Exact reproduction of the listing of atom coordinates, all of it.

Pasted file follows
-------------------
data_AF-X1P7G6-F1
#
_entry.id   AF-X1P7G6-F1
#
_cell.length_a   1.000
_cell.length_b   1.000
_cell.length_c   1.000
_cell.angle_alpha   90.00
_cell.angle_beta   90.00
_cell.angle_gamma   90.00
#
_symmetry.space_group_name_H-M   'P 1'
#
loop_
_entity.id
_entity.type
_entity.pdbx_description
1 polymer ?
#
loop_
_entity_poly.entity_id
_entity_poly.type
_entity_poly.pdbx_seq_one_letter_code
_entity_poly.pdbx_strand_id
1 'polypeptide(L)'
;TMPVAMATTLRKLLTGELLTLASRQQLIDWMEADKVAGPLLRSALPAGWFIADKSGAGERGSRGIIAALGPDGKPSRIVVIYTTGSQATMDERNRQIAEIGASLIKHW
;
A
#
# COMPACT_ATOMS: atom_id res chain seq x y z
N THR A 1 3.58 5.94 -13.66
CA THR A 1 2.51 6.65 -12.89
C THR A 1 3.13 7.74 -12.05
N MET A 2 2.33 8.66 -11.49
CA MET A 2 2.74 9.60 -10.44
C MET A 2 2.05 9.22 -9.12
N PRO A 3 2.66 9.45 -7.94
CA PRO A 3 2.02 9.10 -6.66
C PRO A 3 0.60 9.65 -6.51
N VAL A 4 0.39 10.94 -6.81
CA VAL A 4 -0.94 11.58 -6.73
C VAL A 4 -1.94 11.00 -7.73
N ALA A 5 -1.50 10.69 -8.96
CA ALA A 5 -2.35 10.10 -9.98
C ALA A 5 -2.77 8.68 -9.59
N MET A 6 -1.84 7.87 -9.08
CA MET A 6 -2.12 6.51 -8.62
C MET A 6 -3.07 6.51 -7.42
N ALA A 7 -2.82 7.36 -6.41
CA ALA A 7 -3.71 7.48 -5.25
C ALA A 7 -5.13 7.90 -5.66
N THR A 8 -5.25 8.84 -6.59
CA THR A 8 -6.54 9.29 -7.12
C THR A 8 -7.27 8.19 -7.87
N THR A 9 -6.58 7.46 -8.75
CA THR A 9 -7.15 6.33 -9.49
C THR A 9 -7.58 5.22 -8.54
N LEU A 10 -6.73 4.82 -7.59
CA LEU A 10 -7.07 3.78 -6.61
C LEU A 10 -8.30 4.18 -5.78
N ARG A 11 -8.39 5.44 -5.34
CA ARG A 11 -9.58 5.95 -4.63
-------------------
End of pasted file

data_AF-X1P7G6-F1
#
_entry.id   AF-X1P7G6-F1
#
_cell.length_a   1.000
_cell.length_b   1.000
_cell.length_c   1.000
_cell.angle_alpha   90.00
_cell.angle_beta   90.00
_cell.angle_gamma   90.00
#
_symmetry.space_group_name_H-M   'P 1'
#
loop_
_entity.id
_entity.type
_entity.pdbx_description
1 polymer ?
#
loop_
_entity_poly.entity_id
_entity_poly.type
_entity_poly.pdbx_seq_one_letter_code
_entity_poly.pdbx_strand_id
1 'polypeptide(L)'
;TMPVAMATTLRKLLTGELLTLASRQQLIDWMEADKVAGPLLRSALPAGWFIADKSGAGERGSRGIIAALGPDGKPSRIVVIYTTGSQATMDERNRQIAEIGASLIKHW
;
A
#
# COMPACT_ATOMS: atom_id res chain seq x y z
N THR A 1 3.58 5.94 -13.66
CA THR A 1 2.51 6.65 -12.89
C THR A 1 3.13 7.74 -12.05
N MET A 2 2.33 8.66 -11.49
CA MET A 2 2.74 9.60 -10.44
C MET A 2 2.05 9.22 -9.12
N PRO A 3 2.66 9.45 -7.94
CA PRO A 3 2.02 9.10 -6.66
C PRO A 3 0.60 9.65 -6.51
N VAL A 4 0.39 10.94 -6.81
CA VAL A 4 -0.94 11.58 -6.73
C VAL A 4 -1.94 11.00 -7.73
N ALA A 5 -1.50 10.69 -8.96
CA ALA A 5 -2.35 10.10 -9.98
C ALA A 5 -2.77 8.68 -9.59
N MET A 6 -1.84 7.87 -9.08
CA MET A 6 -2.12 6.51 -8.62
C MET A 6 -3.07 6.51 -7.42
N ALA A 7 -2.82 7.36 -6.41
CA ALA A 7 -3.71 7.48 -5.25
C ALA A 7 -5.13 7.90 -5.66
N THR A 8 -5.25 8.84 -6.59
CA THR A 8 -6.54 9.29 -7.12
C THR A 8 -7.27 8.19 -7.87
N THR A 9 -6.58 7.46 -8.75
CA THR A 9 -7.15 6.33 -9.49
C THR A 9 -7.58 5.22 -8.54
N LEU A 10 -6.73 4.82 -7.59
CA LEU A 10 -7.07 3.78 -6.61
C LEU A 10 -8.30 4.18 -5.78
N ARG A 11 -8.39 5.44 -5.34
CA ARG A 11 -9.58 5.95 -4.63